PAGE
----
A study on p53 expression in the normal ovary and ovarian tumors has found p53 expression in 43% of immunohistochemicallly normal ovary tissue, 18% in benign epithelial tumors, 19% in borderline tumors and 53% in carcinomas. Mutation analysis with PCR and SSCP in the same cases showed a p53 mutation rate of 55%[13]. Finding a higher rate of p53 in serous carcinomas is expected. The p53 expression distribution shows a larger number of (+) results. However, Inoue has reported larger numbers of (++) and (+++) staining in a similar study[25].

A bcl-2 expression rate of 19-33% has been reported in ovarian carcinomas[9,13,14,24,26]. Chan has reported the bcl-2 expression positivity rate in normal ovary tissue and benign, borderline and malignant ovarian tumors as 79%, 100%, 78% and 33%, respectively. A significant decrease in bcl-2 expression from benign tumor to malignant tumors was reported[13]. We found no difference in bcl- 2 expression between benign, borderline and malignant serous tumors in our study. Seven bcl-2 positive serous carcinomas out of 28 cases were distributed as stage 2 in 1 case, and stage 3 or 4 in 6 cases. The bcl-2 positivity was higher in advanced stage cases but grade evaluation showed that bcl-2 positive cases were grade 1 and 2. We believe this discordance may be due to the low number of cases.

Studies on bcl-2 in ovarian carcinoma usually include p53 and evaluate the relationship with prognosis. There are only a few studies comparing histopathological and clinical parameters with bcl-2 expression. Sagarra et al. reports a bcl-2 expression rate of 8% in grade I carcinomas, 21% in grade II carcinomas and 24% in grade II carcinomas with bcl-2 positivity increasing as the grade increases[9]. Chan et al. and Diebold et al. state that the bcl-2 expression decreases as the grade increases with statistical significance[13,26]. We found a bcl-2 expression rate of 33.3% in grade I cases, 33.3% in grade II cases and no staining in grade II cases. We did not find a significant difference between the histopathological and clinical parameters and bcl-2 expression on statistical studies.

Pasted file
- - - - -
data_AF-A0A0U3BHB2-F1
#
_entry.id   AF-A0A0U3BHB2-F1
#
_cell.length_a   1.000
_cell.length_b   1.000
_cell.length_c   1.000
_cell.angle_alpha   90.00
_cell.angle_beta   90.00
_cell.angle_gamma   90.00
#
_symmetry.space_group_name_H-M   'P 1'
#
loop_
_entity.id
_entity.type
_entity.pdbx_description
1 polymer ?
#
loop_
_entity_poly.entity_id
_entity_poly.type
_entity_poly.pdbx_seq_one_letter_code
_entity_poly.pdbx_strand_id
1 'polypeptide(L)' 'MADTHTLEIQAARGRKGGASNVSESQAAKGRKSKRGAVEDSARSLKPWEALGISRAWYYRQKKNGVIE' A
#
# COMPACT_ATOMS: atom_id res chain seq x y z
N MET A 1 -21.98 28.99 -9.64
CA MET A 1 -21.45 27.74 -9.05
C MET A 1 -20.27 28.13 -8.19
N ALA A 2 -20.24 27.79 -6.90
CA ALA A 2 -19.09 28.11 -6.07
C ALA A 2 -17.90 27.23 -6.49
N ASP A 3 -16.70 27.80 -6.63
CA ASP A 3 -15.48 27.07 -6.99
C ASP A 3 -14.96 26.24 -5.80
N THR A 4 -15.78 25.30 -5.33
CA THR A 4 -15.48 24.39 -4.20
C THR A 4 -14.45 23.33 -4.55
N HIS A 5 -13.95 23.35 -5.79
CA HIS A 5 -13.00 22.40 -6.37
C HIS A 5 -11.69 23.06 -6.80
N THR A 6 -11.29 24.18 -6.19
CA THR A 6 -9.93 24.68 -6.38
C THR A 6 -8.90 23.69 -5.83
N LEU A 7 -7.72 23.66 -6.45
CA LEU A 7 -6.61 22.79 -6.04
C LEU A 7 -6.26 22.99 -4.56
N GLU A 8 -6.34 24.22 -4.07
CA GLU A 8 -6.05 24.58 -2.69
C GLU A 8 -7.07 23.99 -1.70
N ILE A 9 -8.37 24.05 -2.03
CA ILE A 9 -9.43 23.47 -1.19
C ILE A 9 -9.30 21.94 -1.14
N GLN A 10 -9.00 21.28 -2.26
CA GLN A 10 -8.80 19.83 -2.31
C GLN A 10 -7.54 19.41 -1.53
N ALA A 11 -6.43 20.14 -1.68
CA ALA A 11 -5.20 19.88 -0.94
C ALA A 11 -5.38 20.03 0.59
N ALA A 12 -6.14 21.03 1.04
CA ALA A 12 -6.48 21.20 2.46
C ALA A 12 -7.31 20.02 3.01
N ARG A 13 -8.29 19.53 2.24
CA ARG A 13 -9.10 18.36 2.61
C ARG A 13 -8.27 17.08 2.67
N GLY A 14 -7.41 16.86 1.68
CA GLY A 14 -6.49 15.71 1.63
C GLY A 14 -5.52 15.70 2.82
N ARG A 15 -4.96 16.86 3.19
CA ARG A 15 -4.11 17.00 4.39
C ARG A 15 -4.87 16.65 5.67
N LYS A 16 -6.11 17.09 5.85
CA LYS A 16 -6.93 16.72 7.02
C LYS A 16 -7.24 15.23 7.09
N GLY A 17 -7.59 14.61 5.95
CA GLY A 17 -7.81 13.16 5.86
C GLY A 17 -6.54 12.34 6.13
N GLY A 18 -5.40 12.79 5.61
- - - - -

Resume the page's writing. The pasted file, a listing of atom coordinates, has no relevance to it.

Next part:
Chan et al. has reported the lack or low levels of bcl-2 expression in an ovarian cancer with diffuse p53 expression. It was also reported that p53 was not found in tumors with high levels of bcl-2 expression[13]. Our study results indicate an inverse correlation between p53 and bcl-2 but statistical evaluation did not demonstrate the correlation.

The role of nm23 in gynecological cancers is not clear. The nm23 expression has been reported to decrease in cases with lymph node metastasis and tumors with an aggressive course[26,27]. Schneider et al. has found nm23 expression in 12 of 26 serous carcinoma cases of which 9 were at an advanced stage and postulated that nm23 acts like an oncogene in addition to its potential antimetastatic effect and that it is expressed at a significantly higher level in advanced stage and aggressive tumors[28]. Similarly, it is reported that high nm23 expression is correlated with the mortality rate and unfavorable clinical course[29]. Other studies report that nm23 does not have prognostic value in ovarian carcinomas and is not associated with metastasis[30].

The nm23 expression rate was 67.9% in serous carcinomas, 64.3% in borderline serous tumors and 44.8% in benign serous tumors in our study. These rates are higher than in the literature. We found higher rates of nm23 expression in carcinomas and borderline tumors than benign tumors, although not statistically significant (p=0.116). When we evaluated the results in two separate groups as positive and negative, we found that 84.2% of the nm23 positive cases and 66.2% of the negative cases were at an advanced stage (p:0.032). This indicates that nm23 is expressed at a higher rate in advanced stage serous ovarian carcinoma cases in contrast to breast carcinoma and is acting like an oncogene. There are reports stating that nm23 is expressed in direct or inverse correlation with the malignancy potential. However, Schneider et al. has come up with a threshold pass theory[28] where it is stated that tumor malignancy is directly correlated with nm23 expression and that ovarian carcinomas are therefore in the same group as neuroblastomas and colon carcinomas[28]. In addition to concurrence with the more malignant phenotype, nm23 also has an effect that decreases spread in these tumors. nm23 is therefore expressed when the threshold value for malignancy is passed by the tumor and is one of the mechanisms that will prevent cellular spread. This explains why nm23 is an indicator of better prognosis in slow growing tumors such as breast carcinoma. However, ovarian carcinomas show rapid tumor progression and the threshold value is passed quickly. nm23 expression seems to appear in the late stage of ovarian carcinogenesis[28].